ILNews

Settlement reached in equal pay suit

Michael W. Hoskins
January 1, 2008
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A day before a multi-million dollar class action suit was supposed to go to trial, attorneys reached a settlement in the state employees' equal pay case that is expected to give every plaintiff what they asked for.

The class - made up of as many as 15,000 former state employees - wanted compensation for hours they worked between 1973 and 1993 and didn't receive equal pay of fellow workers, who had only worked 37 1/2 hours compared to their 40 hours a week. A state appellate ruling in 1993 corrected the pay disparity and directed all full-time employee salaries be based on the lower work-hour total, but the state didn't offer compensation for those who'd worked longer hours before the court ruling.

As a result, this suit - Paula Brattain, et al. v. Richmond State Hospital, et. al. No. 49D11-0108-CP-1309 - came in February 2002. It was set for trial Tuesday.

But after "marathon settlement discussions" on Sunday, attorneys reached a compromise and the court approved a preliminary settlement today, according to Indianapolis plaintiffs' attorney John Kautzman.

The settlement states that all claimants adversely affected would receive 100 percent of their back pay, Kautzman said. A 60-90 day claim period will now begin, where any state worker who believes he or she might have been affected can file a claim to receive damages. Since the pay disparity happened so long ago, the estimated number of potential claimants is nearly impossible to assess, he said - the number could range from five to 15,000 people.

A part of the settlement includes a way for the state to rescind its offer, if the total amount paid comes out to be more than $8.5 million, Kautzman said. In that case, the state could ask that the case proceed to trial.

"Both sides think that it won't be that high, but this is a way to proceed in the case if it's larger than any of us anticipated," he said. "The state could still pony up and pay it, and be done. Or they could ask to go to trial."

Kautzman describes this as a victory on several fronts, since the workers can get complete compensation and, even if the state rescinds the offer, plaintiffs could still have their day in court. He expects it will likely be late October or November before all the claims are submitted and it can be determined who will be paid.
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  1. Perhaps the lady chief justice, or lady appellate court chief judge, or one of the many female federal court judges in Ind could lead this discussion of gender disparity? THINK WITH ME .... any real examples of race or gender bias reported on this ezine? But think about ADA cases ... hmmmm ... could it be that the ISC actually needs to tighten its ADA function instead? Let's ask me or Attorney Straw. And how about religion? Remember it, it used to be right up there with race, and actually more protected than gender. Used to be. Patrick J Buchanan observes: " After World War II, our judicial dictatorship began a purge of public manifestations of the “Christian nation” Harry Truman said we were. In 2009, Barack Obama retorted, “We do not consider ourselves to be a Christian nation.” Secularism had been enthroned as our established religion, with only the most feeble of protests." http://www.wnd.com/2017/02/is-secession-a-solution-to-cultural-war/#q3yVdhxDVMMxiCmy.99 I could link to any of my supreme court filings here, but have done that more than enough. My case is an exclamation mark on what PJB writes. BUT not in ISC, where the progressives obsess on race and gender .... despite a lack of predicate acts in the past decade. Interested in reading more on this subject? Search for "Florida" on this ezine.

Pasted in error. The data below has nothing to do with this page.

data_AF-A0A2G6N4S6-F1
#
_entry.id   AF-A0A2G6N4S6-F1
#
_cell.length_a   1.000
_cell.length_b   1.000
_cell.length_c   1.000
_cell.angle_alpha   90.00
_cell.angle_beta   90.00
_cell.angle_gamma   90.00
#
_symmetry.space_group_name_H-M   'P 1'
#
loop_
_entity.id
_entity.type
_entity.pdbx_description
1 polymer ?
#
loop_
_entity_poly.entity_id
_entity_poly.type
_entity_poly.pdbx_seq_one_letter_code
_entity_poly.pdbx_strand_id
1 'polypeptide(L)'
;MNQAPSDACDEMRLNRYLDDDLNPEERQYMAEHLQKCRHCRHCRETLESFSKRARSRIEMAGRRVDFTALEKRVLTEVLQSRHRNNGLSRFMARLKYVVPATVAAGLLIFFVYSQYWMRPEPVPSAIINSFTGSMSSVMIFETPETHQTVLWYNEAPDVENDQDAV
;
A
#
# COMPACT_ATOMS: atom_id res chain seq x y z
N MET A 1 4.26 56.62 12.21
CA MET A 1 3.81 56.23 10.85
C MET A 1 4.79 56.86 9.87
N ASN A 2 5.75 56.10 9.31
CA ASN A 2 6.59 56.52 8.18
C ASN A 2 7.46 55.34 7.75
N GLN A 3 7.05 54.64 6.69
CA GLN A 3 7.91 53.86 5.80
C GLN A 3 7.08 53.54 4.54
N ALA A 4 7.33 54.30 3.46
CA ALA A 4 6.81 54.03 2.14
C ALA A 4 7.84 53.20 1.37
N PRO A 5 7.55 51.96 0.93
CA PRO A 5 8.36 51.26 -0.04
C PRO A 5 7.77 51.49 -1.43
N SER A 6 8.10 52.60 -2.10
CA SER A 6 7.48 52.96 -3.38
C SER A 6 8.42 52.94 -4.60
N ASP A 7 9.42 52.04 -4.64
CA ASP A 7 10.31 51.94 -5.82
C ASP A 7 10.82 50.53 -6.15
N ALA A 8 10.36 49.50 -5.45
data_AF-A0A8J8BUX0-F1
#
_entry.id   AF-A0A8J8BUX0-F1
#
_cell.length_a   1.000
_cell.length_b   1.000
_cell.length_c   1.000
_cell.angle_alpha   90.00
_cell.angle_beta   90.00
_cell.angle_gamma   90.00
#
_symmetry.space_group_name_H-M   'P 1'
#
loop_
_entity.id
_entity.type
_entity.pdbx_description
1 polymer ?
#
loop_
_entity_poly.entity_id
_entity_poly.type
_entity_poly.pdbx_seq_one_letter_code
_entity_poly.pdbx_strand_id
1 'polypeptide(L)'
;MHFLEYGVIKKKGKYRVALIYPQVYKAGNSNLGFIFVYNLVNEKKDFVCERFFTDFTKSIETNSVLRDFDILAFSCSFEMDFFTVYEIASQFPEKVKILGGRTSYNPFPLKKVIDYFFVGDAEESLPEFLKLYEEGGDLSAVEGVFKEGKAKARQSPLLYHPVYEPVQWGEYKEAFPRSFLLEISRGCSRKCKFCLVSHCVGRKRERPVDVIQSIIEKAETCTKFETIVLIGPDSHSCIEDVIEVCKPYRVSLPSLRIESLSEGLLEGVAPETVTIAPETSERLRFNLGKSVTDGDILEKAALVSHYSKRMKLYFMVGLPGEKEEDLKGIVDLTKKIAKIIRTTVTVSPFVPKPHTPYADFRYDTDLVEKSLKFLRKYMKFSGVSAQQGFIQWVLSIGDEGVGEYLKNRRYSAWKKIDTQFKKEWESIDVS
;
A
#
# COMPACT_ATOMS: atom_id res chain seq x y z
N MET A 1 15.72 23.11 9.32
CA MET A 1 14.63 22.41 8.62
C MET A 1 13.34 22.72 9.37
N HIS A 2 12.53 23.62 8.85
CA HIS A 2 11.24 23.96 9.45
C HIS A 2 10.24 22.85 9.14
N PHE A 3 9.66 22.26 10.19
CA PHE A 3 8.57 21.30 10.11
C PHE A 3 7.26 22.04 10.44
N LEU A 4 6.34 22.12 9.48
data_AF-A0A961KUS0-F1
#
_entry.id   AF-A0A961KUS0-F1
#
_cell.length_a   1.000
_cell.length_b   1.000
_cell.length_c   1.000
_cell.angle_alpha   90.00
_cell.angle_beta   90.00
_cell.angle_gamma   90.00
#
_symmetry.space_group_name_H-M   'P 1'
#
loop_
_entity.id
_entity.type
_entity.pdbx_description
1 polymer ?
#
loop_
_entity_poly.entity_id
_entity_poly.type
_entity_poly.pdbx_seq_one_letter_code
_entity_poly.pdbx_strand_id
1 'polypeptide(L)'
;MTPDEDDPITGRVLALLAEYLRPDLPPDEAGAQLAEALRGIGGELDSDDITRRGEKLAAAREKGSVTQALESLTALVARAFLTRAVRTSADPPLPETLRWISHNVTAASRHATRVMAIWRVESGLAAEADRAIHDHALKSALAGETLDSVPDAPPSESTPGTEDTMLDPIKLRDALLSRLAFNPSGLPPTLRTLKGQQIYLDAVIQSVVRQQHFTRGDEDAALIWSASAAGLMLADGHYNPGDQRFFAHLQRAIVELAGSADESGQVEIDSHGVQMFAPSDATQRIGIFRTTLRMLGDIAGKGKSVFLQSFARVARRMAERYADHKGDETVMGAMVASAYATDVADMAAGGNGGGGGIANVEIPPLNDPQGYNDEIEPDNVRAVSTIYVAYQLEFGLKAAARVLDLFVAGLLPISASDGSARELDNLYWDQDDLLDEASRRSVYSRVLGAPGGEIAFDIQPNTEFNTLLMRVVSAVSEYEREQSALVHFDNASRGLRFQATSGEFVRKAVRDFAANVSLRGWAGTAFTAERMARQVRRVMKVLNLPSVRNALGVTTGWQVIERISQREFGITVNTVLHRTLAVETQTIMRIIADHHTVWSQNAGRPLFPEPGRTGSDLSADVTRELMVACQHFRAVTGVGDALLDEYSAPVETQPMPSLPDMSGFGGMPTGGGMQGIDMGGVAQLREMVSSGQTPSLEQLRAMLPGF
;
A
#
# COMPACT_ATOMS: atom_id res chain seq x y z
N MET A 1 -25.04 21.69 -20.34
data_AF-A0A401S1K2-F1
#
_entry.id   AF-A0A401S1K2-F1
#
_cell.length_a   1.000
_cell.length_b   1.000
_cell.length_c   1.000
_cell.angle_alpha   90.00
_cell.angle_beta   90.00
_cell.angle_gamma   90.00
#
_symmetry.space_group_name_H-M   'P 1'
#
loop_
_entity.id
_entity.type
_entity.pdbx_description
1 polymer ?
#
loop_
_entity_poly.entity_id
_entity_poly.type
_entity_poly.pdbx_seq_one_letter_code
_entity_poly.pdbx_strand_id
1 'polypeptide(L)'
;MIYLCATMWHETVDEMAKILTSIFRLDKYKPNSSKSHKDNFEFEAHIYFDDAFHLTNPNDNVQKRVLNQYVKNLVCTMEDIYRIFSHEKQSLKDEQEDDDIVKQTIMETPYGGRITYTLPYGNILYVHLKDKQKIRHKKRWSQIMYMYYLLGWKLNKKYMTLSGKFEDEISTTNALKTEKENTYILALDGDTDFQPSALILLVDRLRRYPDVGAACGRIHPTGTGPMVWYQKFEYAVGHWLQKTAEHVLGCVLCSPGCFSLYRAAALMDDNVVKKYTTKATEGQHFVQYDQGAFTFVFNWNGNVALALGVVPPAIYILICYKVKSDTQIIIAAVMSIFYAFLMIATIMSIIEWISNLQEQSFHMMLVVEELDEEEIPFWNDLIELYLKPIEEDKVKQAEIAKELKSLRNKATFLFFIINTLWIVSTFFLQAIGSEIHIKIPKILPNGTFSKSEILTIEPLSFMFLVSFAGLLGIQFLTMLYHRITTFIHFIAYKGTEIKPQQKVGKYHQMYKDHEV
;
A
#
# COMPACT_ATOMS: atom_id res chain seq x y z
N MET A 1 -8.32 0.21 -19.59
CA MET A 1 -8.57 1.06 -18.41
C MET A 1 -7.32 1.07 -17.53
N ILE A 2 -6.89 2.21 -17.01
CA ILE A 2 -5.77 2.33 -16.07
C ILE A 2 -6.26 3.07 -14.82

2. Great questions to six jurists. The legislature should open a probe to investigate possible government corruption. Cj rush has shown courage as has justice Steven David. Who stands with them?

  3. The is an unsigned editorial masquerading as a news story. Almost everyone quoted was biased in favor of letting all illegal immigrants remain in the U.S. (Ignoring that Obama deported 3.5 million in 8 years). For some reason Obama enforcing part of the immigration laws was O.K. but Trump enforcing additional parts is terrible. I have listed to press conferences and explanations of the Homeland Security memos and I gather from them that less than 1 million will be targeted for deportation, the "dreamers" will be left alone and illegals arriving in the last two years -- especially those arriving very recently -- will be subject to deportation but after the criminals. This will not substantially affect the GDP negatively, especially as it will take place over a number of years. I personally think this is a rational approach to the illegal immigration problem. It may cause Congress to finally pass new immigration laws rationalizing the whole immigration situation.

  4. Mr. Straw, I hope you prevail in the fight. Please show us fellow American's that there is a way to fight the corrupted justice system and make them an example that you and others will not be treated unfairly. I hope you the best and good luck....

  5. @ President Snow - Nah, why try to fix something that ain't broken??? You do make an excellent point. I am sure some Mickey or Minnie Mouse will take Ruckers seat, I wonder how his retirement planning is coming along???

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